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Genomic stability -chromosome segregation and repair (GENOMIC STABILITY)
Start date: Sep 1, 2008, End date: Aug 31, 2013 PROJECT  FINISHED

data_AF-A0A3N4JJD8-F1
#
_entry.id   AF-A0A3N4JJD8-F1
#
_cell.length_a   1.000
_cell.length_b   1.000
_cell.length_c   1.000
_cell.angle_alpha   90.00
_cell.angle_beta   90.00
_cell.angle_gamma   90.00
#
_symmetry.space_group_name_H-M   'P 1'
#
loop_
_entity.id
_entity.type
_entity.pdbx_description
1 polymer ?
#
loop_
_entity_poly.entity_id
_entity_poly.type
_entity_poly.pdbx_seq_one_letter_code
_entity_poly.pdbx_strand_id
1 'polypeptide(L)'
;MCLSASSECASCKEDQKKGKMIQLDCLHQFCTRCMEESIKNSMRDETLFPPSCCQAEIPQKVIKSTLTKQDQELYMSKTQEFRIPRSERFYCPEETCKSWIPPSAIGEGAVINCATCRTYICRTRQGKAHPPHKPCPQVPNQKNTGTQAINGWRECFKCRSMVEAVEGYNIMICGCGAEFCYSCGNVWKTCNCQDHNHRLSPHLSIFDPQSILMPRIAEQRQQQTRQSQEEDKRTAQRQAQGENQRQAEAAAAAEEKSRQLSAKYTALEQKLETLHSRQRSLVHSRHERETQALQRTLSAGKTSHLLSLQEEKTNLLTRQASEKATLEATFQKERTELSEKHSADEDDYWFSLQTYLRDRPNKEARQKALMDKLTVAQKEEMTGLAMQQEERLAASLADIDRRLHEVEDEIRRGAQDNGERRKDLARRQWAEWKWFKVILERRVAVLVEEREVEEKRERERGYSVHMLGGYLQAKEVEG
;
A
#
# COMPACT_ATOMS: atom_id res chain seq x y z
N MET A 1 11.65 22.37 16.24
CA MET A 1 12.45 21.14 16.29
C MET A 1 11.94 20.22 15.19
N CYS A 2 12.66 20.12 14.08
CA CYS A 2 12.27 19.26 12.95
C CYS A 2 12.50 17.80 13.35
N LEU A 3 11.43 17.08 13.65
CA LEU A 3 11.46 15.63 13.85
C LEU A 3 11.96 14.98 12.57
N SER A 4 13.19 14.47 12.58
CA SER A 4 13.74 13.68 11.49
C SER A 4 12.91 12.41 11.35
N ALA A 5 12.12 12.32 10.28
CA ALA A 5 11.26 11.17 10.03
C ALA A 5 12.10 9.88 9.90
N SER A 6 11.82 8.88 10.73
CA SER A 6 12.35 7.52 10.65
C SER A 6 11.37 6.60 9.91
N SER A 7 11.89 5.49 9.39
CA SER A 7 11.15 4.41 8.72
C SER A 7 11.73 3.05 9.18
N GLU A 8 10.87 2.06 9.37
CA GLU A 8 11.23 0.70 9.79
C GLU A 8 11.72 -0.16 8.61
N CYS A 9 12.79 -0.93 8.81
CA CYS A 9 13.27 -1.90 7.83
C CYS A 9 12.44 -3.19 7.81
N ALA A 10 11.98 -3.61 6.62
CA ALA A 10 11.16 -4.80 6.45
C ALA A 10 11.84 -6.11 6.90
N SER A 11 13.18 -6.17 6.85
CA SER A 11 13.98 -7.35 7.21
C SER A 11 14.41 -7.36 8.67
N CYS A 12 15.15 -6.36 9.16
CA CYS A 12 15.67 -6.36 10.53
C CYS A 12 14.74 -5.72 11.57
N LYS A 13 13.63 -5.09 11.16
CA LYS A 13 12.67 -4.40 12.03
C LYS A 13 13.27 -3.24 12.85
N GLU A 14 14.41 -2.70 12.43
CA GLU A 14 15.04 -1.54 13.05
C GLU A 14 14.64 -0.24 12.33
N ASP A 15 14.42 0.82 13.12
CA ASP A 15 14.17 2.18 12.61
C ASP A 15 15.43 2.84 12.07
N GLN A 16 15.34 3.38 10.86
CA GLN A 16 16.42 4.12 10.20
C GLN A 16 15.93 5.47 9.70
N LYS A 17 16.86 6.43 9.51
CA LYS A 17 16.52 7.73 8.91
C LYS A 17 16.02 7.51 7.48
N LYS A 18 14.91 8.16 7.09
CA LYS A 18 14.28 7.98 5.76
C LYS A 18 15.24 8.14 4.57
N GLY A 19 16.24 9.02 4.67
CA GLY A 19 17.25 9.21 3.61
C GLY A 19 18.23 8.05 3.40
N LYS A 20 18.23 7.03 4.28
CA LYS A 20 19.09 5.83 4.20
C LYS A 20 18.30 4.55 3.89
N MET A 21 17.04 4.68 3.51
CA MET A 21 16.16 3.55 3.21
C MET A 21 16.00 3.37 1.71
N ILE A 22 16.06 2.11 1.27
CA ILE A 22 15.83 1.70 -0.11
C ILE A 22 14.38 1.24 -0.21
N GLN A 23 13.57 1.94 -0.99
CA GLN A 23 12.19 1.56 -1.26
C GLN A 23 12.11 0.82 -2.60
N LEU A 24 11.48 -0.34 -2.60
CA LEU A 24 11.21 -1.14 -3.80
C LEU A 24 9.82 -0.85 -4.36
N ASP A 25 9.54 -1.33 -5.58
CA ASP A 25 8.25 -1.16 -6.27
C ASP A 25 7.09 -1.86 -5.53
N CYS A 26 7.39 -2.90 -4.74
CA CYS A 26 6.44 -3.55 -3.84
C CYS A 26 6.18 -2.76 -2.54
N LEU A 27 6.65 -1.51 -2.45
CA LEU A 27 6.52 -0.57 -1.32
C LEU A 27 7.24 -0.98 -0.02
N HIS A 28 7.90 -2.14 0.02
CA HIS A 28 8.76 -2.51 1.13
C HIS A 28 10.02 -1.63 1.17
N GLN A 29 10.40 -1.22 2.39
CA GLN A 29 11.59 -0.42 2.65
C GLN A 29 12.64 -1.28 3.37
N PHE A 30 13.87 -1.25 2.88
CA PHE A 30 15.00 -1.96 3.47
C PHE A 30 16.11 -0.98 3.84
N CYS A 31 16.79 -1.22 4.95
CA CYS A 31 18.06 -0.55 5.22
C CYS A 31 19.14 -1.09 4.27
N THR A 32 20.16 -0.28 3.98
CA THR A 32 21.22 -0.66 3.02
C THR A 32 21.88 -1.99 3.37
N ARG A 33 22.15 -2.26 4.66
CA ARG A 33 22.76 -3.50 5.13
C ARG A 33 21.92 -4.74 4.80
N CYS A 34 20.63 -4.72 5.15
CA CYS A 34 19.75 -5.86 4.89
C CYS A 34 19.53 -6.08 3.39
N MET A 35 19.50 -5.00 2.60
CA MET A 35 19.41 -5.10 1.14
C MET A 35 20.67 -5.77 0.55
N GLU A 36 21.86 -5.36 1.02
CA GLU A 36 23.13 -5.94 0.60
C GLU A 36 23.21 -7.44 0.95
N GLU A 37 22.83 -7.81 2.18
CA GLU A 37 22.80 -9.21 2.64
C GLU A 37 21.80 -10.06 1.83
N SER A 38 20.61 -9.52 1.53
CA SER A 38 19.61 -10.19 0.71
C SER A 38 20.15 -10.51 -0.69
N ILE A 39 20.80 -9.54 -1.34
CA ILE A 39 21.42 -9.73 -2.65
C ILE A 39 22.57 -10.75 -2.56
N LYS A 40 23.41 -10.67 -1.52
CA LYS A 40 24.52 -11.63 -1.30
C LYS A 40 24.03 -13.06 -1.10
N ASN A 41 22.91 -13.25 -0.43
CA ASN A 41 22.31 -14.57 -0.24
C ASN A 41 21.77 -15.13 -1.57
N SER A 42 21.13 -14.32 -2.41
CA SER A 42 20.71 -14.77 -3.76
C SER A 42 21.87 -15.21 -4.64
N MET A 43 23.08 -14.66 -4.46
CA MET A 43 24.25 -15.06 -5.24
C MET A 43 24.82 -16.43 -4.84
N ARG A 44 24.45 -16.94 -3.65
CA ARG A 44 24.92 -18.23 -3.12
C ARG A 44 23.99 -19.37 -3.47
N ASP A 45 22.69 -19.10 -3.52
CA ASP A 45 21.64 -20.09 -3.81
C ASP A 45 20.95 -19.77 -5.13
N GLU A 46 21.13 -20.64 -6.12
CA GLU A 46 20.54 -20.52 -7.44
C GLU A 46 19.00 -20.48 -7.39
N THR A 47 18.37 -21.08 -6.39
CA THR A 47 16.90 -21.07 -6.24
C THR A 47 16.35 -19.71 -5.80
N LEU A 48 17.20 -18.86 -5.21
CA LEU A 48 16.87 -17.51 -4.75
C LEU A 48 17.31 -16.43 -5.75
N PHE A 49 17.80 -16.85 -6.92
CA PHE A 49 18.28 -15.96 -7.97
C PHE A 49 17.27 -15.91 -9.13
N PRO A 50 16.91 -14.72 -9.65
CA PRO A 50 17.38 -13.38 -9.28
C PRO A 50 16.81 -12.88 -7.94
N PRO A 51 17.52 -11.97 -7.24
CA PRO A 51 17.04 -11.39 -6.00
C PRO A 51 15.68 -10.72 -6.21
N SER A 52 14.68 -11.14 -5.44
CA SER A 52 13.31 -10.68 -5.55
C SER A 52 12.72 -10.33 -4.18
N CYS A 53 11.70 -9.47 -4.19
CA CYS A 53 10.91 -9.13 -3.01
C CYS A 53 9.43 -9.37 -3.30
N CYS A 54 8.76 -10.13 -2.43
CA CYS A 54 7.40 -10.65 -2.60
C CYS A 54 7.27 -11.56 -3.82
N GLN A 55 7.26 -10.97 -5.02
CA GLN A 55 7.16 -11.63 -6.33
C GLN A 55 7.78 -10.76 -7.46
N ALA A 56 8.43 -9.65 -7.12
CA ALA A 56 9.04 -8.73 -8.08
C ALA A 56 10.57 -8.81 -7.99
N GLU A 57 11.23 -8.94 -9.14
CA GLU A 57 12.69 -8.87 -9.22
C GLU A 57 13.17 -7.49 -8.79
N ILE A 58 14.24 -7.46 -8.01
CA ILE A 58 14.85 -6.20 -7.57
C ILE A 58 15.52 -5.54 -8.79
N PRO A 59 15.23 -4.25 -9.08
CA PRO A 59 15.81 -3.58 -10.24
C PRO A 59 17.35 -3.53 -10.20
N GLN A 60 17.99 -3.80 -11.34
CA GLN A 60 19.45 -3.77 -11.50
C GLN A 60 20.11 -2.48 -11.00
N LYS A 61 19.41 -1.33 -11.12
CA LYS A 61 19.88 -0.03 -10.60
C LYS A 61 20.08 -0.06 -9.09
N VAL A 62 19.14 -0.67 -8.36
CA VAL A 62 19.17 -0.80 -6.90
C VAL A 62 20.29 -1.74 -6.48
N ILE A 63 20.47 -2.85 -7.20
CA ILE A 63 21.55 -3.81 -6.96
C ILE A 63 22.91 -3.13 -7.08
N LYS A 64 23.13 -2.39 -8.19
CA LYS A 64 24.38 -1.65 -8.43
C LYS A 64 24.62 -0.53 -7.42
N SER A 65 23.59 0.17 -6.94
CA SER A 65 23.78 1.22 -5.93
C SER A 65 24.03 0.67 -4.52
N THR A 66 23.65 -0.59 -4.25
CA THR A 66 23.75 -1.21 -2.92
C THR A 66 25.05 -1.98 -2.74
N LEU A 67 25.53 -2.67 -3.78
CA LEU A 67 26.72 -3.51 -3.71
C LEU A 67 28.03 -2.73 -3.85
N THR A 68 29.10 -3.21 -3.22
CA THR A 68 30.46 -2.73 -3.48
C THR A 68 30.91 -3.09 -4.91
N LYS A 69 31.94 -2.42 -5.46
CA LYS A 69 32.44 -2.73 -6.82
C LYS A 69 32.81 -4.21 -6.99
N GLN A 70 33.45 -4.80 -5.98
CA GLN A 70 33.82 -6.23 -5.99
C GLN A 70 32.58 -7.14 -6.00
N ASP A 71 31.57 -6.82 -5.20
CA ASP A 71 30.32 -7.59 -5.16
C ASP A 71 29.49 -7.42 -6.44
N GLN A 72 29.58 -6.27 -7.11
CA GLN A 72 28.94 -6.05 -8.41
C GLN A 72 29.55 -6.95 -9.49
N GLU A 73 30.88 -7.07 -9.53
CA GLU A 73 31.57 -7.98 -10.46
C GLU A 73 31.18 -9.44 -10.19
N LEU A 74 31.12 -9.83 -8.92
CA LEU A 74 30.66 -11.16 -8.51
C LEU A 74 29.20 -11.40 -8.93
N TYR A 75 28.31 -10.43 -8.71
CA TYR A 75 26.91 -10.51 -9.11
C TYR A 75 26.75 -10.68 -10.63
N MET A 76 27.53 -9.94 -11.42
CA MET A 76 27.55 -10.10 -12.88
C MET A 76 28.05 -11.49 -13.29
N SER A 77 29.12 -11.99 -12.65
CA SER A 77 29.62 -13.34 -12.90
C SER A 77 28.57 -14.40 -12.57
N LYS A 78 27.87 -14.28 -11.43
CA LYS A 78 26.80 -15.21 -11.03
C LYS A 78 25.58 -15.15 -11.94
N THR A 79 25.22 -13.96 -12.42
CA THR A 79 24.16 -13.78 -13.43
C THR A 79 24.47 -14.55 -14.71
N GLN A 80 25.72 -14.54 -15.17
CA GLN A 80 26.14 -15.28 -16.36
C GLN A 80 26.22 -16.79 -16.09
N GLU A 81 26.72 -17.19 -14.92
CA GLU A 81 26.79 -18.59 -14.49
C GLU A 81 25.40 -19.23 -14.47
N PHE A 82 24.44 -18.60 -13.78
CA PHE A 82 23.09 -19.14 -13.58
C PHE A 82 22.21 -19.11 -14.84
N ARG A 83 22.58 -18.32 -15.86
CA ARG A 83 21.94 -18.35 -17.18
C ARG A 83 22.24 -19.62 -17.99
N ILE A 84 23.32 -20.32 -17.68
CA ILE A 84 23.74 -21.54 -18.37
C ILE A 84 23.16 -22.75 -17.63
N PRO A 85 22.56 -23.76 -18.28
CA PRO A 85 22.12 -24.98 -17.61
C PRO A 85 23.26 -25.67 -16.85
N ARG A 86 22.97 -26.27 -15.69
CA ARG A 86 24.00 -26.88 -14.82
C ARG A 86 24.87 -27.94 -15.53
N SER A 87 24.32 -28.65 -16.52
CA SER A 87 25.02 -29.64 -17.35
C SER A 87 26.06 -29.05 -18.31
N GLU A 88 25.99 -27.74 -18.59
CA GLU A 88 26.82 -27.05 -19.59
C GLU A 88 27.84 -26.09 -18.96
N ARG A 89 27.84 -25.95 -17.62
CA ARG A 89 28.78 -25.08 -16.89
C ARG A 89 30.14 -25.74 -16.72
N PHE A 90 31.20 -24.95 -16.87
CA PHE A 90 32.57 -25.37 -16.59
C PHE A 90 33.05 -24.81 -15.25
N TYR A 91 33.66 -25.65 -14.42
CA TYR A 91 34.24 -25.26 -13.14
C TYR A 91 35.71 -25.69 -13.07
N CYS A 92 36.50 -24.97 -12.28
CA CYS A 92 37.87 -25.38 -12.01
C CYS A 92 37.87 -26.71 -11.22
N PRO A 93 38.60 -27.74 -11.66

The eukaryotic genome combines a highly dynamic nature with stable transmission of genetic information from mother to daughter cells. This is achieved by a plethora of protein networks regulating processes such as chromosome duplication, segregation and repair. The principal aim of our research is to determine the molecular interplay between chromosome segregation and repair. Accurate execution of these two events is crucial for the maintenance of genome stability, which in turn is essential for life. Additionally, erroneous segregation or repair leads to chromosomal aberrations that are linked to tumor formation and human developmental syndromes. Thus, our investigations are not only crucial in a basic research perspective, but important also for the understanding of the causes of human disease. The research is based on the budding yeast model system, and combines genome-wide analysis of protein-chromosome interactions with cell-based experimental systems. Our investigations have until now revealed that chromosome segregation and repair are directly linked through two evolutionary conserved SMC (Structural Maintenance of Chromosomes) protein complexes, Cohesin and the Smc5/6 complex. The project now further explores the molecular details of this connection, bringing light into this unexplored area of research, and deciphering the cellular defense against genomic alterations connected to cancer and developmental diseases.
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